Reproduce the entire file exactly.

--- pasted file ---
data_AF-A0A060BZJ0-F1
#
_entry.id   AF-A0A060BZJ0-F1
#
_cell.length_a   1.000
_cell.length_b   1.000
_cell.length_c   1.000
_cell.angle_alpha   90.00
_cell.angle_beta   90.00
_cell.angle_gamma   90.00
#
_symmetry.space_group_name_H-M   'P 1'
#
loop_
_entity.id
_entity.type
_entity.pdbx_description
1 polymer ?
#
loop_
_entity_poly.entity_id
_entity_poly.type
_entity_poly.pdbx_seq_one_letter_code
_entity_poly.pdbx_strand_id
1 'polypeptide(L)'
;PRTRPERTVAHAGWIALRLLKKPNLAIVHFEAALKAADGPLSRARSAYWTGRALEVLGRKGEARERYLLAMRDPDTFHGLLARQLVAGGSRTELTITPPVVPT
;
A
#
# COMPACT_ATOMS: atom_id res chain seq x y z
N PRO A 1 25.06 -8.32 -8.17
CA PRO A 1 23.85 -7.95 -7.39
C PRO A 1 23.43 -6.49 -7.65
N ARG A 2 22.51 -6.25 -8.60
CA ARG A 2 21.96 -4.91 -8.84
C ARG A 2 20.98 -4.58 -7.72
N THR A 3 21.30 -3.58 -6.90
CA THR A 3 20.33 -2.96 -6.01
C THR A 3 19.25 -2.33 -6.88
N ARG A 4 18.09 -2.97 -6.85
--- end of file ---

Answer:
data_AF-A0A060BZJ0-F1
#
_entry.id   AF-A0A060BZJ0-F1
#
_cell.length_a   1.000
_cell.length_b   1.000
_cell.length_c   1.000
_cell.angle_alpha   90.00
_cell.angle_beta   90.00
_cell.angle_gamma   90.00
#
_symmetry.space_group_name_H-M   'P 1'
#
loop_
_entity.id
_entity.type
_entity.pdbx_description
1 polymer ?
#
loop_
_entity_poly.entity_id
_entity_poly.type
_entity_poly.pdbx_seq_one_letter_code
_entity_poly.pdbx_strand_id
1 'polypeptide(L)'
;PRTRPERTVAHAGWIALRLLKKPNLAIVHFEAALKAADGPLSRARSAYWTGRALEVLGRKGEARERYLLAMRDPDTFHGLLARQLVAGGSRTELTITPPVVPT
;
A
#
# COMPACT_ATOMS: atom_id res chain seq x y z
N PRO A 1 25.06 -8.32 -8.17
CA PRO A 1 23.85 -7.95 -7.39
C PRO A 1 23.43 -6.49 -7.65
N ARG A 2 22.51 -6.25 -8.60
CA ARG A 2 21.96 -4.91 -8.84
C ARG A 2 20.98 -4.58 -7.72
N THR A 3 21.30 -3.58 -6.90
CA THR A 3 20.33 -2.96 -6.01
C THR A 3 19.25 -2.33 -6.88
N ARG A 4 18.09 -2.97 -6.85